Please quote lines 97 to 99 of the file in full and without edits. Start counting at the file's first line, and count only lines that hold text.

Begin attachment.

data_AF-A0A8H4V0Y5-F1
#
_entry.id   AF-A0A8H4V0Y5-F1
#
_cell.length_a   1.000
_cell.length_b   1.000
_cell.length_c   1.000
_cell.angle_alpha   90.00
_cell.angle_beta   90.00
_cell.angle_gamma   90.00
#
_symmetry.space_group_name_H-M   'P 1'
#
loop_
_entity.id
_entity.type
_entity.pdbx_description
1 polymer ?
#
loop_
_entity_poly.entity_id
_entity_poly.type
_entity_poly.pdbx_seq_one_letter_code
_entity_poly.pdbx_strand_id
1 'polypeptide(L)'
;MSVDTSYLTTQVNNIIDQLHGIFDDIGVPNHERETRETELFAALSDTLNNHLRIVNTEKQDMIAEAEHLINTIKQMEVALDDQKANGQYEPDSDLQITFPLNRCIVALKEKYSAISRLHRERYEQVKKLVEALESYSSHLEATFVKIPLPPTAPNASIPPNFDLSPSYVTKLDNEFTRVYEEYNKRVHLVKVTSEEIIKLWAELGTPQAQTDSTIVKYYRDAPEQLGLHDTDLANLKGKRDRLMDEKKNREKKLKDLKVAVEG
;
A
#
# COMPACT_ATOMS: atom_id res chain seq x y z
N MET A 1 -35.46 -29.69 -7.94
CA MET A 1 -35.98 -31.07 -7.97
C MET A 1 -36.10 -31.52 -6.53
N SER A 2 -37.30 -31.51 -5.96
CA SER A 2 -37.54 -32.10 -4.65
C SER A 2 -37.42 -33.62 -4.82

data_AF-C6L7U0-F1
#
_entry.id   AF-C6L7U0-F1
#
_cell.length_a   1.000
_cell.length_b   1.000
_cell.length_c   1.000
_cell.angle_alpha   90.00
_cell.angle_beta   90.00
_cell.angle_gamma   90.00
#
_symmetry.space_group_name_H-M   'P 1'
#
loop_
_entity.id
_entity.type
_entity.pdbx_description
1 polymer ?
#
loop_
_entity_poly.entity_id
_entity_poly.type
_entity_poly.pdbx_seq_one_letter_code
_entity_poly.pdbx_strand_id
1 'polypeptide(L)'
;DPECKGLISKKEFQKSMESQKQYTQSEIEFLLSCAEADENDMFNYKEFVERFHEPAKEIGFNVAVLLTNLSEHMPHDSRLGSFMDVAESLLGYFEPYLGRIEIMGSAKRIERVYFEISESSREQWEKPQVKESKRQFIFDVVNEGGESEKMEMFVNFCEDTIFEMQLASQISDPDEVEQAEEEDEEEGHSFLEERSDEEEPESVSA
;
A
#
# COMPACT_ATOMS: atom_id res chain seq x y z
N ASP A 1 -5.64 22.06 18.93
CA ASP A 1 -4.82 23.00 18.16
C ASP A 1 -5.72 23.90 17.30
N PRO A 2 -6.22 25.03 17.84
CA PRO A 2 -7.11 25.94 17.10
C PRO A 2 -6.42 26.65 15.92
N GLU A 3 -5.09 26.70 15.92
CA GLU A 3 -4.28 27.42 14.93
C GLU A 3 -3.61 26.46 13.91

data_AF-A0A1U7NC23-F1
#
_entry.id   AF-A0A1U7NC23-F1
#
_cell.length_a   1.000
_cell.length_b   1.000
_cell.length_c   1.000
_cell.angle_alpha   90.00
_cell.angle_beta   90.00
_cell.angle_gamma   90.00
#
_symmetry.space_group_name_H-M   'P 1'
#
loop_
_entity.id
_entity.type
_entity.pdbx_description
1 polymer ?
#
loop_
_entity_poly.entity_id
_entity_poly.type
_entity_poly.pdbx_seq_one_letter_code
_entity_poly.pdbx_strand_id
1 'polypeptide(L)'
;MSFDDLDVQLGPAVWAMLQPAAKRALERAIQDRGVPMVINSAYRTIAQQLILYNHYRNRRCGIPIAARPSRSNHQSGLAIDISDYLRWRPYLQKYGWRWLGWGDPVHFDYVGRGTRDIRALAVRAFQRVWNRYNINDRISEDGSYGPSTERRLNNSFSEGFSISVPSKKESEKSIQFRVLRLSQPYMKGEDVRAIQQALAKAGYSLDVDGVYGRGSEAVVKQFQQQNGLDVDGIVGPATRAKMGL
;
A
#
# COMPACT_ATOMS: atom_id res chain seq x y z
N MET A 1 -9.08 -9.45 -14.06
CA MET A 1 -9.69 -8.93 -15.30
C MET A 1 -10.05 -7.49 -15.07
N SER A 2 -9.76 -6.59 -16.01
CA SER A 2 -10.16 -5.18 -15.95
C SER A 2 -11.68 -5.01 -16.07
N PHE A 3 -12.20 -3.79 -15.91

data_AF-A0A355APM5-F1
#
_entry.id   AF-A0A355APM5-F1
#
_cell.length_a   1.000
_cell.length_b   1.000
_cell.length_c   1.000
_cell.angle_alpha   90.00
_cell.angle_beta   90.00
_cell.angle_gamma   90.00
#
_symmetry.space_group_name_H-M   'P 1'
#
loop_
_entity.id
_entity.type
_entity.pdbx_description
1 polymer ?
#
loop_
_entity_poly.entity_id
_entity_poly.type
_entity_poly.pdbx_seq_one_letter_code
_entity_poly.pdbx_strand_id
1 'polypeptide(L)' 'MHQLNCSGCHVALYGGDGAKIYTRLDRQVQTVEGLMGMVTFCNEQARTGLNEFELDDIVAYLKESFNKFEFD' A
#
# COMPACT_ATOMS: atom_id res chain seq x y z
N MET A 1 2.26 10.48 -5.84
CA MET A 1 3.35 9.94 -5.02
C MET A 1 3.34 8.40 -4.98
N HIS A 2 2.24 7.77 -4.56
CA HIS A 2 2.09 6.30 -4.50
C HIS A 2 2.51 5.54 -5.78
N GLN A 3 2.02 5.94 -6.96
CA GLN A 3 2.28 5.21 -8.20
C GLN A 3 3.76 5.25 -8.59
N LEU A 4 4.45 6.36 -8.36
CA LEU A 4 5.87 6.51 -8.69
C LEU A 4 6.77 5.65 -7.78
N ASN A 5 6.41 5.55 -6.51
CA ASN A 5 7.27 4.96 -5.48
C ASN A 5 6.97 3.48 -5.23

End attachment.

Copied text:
_entity_poly.type
_entity_poly.pdbx_seq_one_letter_code
_entity_poly.pdbx_strand_id